Some differences may exist between french and english regulations. Lessons learned are only a translation of those of french incident and are not adapt to english regulation.
Description of the incident
Research work, involving the dispensing of aliquots of a sulphur-35 solution (total activity 259 MBq (7mCi)), was being undertaken in in a laminar flow hood used for the culture of cells. During this work, Mr. A spilled some of the stock solution. Unaware of the significance of the contamination, Mr. A did not undertake any decontamination measures, and did not advise the supervisor about this incident. Because of this, the contamination remained in place and no one knew about it. Some hours later, Mrs. B was called upon to work at this station for approximately 15 minutes.
The radiation protection supervisor was only notified of the incident the next day, and immediately banned access to the contaminated hood. A decontamination procedure was undertaken - some time after the incident, to allow for radioactive decay (the half-life of S-35 is 88 days).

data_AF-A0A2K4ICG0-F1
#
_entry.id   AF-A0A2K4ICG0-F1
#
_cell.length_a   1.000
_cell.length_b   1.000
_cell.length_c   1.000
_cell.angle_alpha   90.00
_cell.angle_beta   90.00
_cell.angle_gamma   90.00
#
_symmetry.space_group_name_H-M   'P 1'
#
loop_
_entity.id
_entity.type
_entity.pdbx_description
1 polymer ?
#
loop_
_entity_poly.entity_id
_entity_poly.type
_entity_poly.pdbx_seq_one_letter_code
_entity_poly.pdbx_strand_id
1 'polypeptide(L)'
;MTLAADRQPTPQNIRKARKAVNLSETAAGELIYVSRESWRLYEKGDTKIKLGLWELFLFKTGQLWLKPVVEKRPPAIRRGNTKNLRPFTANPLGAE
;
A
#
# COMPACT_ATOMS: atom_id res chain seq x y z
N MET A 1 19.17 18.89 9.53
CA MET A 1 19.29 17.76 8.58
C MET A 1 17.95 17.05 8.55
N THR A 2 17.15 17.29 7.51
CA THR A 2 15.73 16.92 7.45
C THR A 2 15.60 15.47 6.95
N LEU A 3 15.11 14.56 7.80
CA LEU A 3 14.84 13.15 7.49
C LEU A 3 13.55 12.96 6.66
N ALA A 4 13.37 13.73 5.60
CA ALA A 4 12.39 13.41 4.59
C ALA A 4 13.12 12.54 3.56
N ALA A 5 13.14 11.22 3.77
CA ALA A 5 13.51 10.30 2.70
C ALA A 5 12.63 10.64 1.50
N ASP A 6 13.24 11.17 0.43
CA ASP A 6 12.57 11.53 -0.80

Because of the low energy (167 KeV) beta radiation emitted by sulphur-35, the main potential risk is from internal contamination. 24-hour urine tests were undertaken: no significant residual radioactivity was detected in the urine of either of the persons concerned.
Lessons to be learned from the incident
In this case, Mr A was aware of the spill and should have taken appropriate actions immediately, eg a contamination check, notifying the supervisor, and then planning appropriate decontamination measures. Training for users of open sources should stress the importance of taking prompt actions to prevent the further spread of contamination.
Procedures should be drawn to describe the actions to be taken in the event of contamination spills, and to allow for the demarcation of the contaminated area to prevent it being used by other persons.
Spills may not always be apparent at the time, and users of open soures should be encouraged to regularly check their workspace for contamination, especially where other persons may also be working in the area.
The use of colored solutions (as already exist for some radioisotopes) would have allowed the contamination of the workstation to be visually identified.